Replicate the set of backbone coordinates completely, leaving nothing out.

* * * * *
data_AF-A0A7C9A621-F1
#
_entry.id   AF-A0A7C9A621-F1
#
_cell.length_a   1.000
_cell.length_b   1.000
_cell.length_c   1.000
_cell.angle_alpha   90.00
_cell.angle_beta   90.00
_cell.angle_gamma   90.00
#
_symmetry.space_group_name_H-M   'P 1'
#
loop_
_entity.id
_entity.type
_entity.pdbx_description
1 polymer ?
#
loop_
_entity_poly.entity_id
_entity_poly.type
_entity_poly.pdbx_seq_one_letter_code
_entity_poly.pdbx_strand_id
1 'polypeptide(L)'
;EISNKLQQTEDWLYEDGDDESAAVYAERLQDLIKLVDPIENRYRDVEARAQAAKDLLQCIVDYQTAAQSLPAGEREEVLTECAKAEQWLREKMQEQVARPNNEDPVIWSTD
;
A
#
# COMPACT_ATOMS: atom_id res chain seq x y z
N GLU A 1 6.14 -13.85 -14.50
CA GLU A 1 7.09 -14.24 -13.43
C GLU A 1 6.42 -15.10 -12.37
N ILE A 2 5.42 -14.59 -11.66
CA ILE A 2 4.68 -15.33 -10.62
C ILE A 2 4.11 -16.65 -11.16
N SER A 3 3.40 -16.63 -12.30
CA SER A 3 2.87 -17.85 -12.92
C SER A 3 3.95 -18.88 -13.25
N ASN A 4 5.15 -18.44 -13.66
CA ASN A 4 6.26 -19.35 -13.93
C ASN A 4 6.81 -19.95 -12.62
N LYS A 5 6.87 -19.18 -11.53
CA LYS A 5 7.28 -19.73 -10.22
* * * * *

data_AF-A0A7C9A621-F1
#
_entry.id   AF-A0A7C9A621-F1
#
_cell.length_a   1.000
_cell.length_b   1.000
_cell.length_c   1.000
_cell.angle_alpha   90.00
_cell.angle_beta   90.00
_cell.angle_gamma   90.00
#
_symmetry.space_group_name_H-M   'P 1'
#
loop_
_entity.id
_entity.type
_entity.pdbx_description
1 polymer ?
#
loop_
_entity_poly.entity_id
_entity_poly.type
_entity_poly.pdbx_seq_one_letter_code
_entity_poly.pdbx_strand_id
1 'polypeptide(L)'
;EISNKLQQTEDWLYEDGDDESAAVYAERLQDLIKLVDPIENRYRDVEARAQAAKDLLQCIVDYQTAAQSLPAGEREEVLTECAKAEQWLREKMQEQVARPNNEDPVIWSTD
;
A
#
# COMPACT_ATOMS: atom_id res chain seq x y z
N GLU A 1 6.14 -13.85 -14.50
CA GLU A 1 7.09 -14.24 -13.43
C GLU A 1 6.42 -15.10 -12.37
N ILE A 2 5.42 -14.59 -11.66
CA ILE A 2 4.68 -15.33 -10.62
C ILE A 2 4.11 -16.65 -11.16
N SER A 3 3.40 -16.63 -12.30
CA SER A 3 2.87 -17.85 -12.92
C SER A 3 3.95 -18.88 -13.25
N ASN A 4 5.15 -18.44 -13.66
CA ASN A 4 6.26 -19.35 -13.93
C ASN A 4 6.81 -19.95 -12.62
N LYS A 5 6.87 -19.18 -11.53
CA LYS A 5 7.28 -19.73 -10.22